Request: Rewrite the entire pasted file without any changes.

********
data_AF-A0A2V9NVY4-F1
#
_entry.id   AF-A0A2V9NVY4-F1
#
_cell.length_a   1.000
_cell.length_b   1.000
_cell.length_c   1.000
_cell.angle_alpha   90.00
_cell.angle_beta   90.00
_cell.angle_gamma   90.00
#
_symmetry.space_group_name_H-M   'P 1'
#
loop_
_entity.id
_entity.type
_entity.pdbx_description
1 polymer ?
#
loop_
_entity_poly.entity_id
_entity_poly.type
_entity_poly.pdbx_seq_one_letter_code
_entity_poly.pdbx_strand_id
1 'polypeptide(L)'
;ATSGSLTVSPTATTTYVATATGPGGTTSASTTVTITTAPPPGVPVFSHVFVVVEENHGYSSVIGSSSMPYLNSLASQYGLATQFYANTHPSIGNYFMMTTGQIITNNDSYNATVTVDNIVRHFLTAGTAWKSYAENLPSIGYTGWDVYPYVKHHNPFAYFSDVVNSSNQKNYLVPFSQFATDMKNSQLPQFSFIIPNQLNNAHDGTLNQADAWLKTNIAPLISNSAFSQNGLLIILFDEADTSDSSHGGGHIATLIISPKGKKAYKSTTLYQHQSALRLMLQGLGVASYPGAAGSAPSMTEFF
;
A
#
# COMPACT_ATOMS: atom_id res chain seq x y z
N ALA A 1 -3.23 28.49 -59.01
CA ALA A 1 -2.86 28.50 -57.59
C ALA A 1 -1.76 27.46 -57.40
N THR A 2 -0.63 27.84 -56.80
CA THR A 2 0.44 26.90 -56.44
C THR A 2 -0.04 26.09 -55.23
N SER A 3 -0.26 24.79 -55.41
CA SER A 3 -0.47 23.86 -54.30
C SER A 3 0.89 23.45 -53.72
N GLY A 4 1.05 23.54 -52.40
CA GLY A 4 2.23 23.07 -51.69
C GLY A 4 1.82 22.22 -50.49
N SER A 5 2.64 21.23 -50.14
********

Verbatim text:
data_AF-A0A2V9NVY4-F1
#
_entry.id   AF-A0A2V9NVY4-F1
#
_cell.length_a   1.000
_cell.length_b   1.000
_cell.length_c   1.000
_cell.angle_alpha   90.00
_cell.angle_beta   90.00
_cell.angle_gamma   90.00
#
_symmetry.space_group_name_H-M   'P 1'
#
loop_
_entity.id
_entity.type
_entity.pdbx_description
1 polymer ?
#
loop_
_entity_poly.entity_id
_entity_poly.type
_entity_poly.pdbx_seq_one_letter_code
_entity_poly.pdbx_strand_id
1 'polypeptide(L)'
;ATSGSLTVSPTATTTYVATATGPGGTTSASTTVTITTAPPPGVPVFSHVFVVVEENHGYSSVIGSSSMPYLNSLASQYGLATQFYANTHPSIGNYFMMTTGQIITNNDSYNATVTVDNIVRHFLTAGTAWKSYAENLPSIGYTGWDVYPYVKHHNPFAYFSDVVNSSNQKNYLVPFSQFATDMKNSQLPQFSFIIPNQLNNAHDGTLNQADAWLKTNIAPLISNSAFSQNGLLIILFDEADTSDSSHGGGHIATLIISPKGKKAYKSTTLYQHQSALRLMLQGLGVASYPGAAGSAPSMTEFF
;
A
#
# COMPACT_ATOMS: atom_id res chain seq x y z
N ALA A 1 -3.23 28.49 -59.01
CA ALA A 1 -2.86 28.50 -57.59
C ALA A 1 -1.76 27.46 -57.40
N THR A 2 -0.63 27.84 -56.80
CA THR A 2 0.44 26.90 -56.44
C THR A 2 -0.04 26.09 -55.23
N SER A 3 -0.26 24.79 -55.41
CA SER A 3 -0.47 23.86 -54.30
C SER A 3 0.89 23.45 -53.72
N GLY A 4 1.05 23.54 -52.40
CA GLY A 4 2.23 23.07 -51.69
C GLY A 4 1.82 22.22 -50.49
N SER A 5 2.64 21.23 -50.14